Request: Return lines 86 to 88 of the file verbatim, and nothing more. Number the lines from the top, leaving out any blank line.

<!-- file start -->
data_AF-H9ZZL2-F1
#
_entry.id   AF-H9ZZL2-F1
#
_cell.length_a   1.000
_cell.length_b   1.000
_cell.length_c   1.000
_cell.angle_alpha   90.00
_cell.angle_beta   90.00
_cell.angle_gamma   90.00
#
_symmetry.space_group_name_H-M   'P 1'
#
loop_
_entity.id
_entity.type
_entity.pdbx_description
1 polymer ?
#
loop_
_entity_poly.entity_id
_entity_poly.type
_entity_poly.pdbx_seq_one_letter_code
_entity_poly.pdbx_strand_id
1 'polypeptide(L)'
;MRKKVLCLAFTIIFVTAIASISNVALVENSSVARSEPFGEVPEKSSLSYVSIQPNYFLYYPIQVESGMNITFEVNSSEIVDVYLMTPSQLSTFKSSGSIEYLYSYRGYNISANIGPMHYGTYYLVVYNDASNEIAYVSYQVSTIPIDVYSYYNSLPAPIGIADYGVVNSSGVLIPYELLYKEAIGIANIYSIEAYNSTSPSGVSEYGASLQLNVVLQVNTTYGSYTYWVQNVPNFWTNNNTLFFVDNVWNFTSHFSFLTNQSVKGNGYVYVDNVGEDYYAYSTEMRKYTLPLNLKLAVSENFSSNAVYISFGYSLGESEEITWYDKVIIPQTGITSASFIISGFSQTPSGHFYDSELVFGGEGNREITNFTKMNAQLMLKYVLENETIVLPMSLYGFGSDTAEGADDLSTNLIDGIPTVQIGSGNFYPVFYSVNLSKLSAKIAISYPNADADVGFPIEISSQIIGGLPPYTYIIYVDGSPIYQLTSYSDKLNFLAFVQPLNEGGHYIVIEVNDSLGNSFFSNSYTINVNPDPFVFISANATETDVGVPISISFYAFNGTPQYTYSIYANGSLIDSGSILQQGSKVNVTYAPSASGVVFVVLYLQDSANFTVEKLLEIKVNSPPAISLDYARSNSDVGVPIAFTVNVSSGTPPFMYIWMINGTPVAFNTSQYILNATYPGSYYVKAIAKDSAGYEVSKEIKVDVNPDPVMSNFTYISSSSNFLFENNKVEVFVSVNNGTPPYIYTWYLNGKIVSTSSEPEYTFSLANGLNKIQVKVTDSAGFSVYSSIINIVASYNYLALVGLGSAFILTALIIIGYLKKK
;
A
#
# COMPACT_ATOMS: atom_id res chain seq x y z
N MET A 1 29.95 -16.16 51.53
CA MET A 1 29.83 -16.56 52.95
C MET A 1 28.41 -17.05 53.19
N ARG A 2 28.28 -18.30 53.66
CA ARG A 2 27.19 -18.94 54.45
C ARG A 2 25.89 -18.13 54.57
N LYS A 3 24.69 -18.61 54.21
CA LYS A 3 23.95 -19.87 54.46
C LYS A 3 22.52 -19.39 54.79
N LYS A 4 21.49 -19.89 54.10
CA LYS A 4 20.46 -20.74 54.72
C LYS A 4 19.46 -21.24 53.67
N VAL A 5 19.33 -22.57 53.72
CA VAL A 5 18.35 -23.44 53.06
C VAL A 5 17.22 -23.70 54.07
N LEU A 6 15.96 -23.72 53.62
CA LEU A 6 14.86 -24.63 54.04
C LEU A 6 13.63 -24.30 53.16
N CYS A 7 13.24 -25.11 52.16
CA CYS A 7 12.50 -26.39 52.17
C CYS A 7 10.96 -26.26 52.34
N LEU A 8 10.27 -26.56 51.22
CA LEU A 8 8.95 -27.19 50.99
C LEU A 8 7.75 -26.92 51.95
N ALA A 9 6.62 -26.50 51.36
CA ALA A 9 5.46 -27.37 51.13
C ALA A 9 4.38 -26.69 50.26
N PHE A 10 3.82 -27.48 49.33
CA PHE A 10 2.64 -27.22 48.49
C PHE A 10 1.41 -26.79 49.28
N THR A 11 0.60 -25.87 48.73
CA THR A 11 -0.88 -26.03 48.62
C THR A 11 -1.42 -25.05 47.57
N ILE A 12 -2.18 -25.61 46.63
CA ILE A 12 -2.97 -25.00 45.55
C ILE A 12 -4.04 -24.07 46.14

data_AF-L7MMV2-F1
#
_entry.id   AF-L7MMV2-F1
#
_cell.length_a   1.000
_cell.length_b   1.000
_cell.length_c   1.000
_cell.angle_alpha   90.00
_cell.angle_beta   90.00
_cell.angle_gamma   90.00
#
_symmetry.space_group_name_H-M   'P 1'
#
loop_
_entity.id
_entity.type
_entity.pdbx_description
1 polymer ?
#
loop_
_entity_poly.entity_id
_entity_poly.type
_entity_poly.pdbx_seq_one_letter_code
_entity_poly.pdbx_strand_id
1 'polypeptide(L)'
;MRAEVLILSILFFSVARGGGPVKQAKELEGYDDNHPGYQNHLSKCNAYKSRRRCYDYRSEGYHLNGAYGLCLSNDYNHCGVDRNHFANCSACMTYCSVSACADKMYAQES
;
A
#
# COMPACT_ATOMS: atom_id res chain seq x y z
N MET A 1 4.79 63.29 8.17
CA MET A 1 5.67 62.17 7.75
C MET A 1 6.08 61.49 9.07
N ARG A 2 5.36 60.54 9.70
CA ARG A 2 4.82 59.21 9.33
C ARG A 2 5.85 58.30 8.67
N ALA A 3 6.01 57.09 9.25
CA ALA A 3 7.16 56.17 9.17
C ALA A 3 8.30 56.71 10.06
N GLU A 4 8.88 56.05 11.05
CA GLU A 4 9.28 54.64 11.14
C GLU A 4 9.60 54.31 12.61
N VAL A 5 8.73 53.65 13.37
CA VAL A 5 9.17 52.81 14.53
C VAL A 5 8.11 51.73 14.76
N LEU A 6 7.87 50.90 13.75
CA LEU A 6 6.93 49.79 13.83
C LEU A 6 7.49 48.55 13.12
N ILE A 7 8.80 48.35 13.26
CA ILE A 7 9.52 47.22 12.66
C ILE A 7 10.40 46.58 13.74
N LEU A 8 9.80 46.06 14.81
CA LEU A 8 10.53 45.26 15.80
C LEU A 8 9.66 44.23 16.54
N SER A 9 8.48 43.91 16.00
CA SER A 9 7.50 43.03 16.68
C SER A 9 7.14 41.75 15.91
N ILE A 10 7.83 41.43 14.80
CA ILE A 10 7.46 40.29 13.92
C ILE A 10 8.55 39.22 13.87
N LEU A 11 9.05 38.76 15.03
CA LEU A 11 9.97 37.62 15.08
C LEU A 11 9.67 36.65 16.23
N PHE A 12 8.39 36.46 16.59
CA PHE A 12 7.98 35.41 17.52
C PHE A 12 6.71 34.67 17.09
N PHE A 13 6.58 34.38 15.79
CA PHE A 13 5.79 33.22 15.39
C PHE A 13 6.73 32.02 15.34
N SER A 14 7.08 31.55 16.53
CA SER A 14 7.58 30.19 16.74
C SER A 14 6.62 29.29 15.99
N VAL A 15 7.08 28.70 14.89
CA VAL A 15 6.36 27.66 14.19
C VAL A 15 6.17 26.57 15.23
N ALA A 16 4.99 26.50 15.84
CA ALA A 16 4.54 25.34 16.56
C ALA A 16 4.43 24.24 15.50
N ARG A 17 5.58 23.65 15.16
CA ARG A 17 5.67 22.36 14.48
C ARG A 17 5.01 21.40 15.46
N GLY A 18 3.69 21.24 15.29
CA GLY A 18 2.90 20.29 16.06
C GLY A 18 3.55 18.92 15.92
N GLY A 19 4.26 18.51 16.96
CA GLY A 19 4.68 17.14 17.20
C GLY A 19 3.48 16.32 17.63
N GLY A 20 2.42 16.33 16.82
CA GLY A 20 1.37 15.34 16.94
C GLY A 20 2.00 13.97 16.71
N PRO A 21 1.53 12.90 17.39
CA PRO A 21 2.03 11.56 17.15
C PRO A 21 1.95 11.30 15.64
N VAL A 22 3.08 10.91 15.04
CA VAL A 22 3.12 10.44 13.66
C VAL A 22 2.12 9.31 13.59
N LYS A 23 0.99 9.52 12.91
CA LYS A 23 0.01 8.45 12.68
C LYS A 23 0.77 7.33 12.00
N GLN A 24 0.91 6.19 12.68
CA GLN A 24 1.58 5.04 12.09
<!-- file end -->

loop_
_entity_poly.entity_id
_entity_poly.type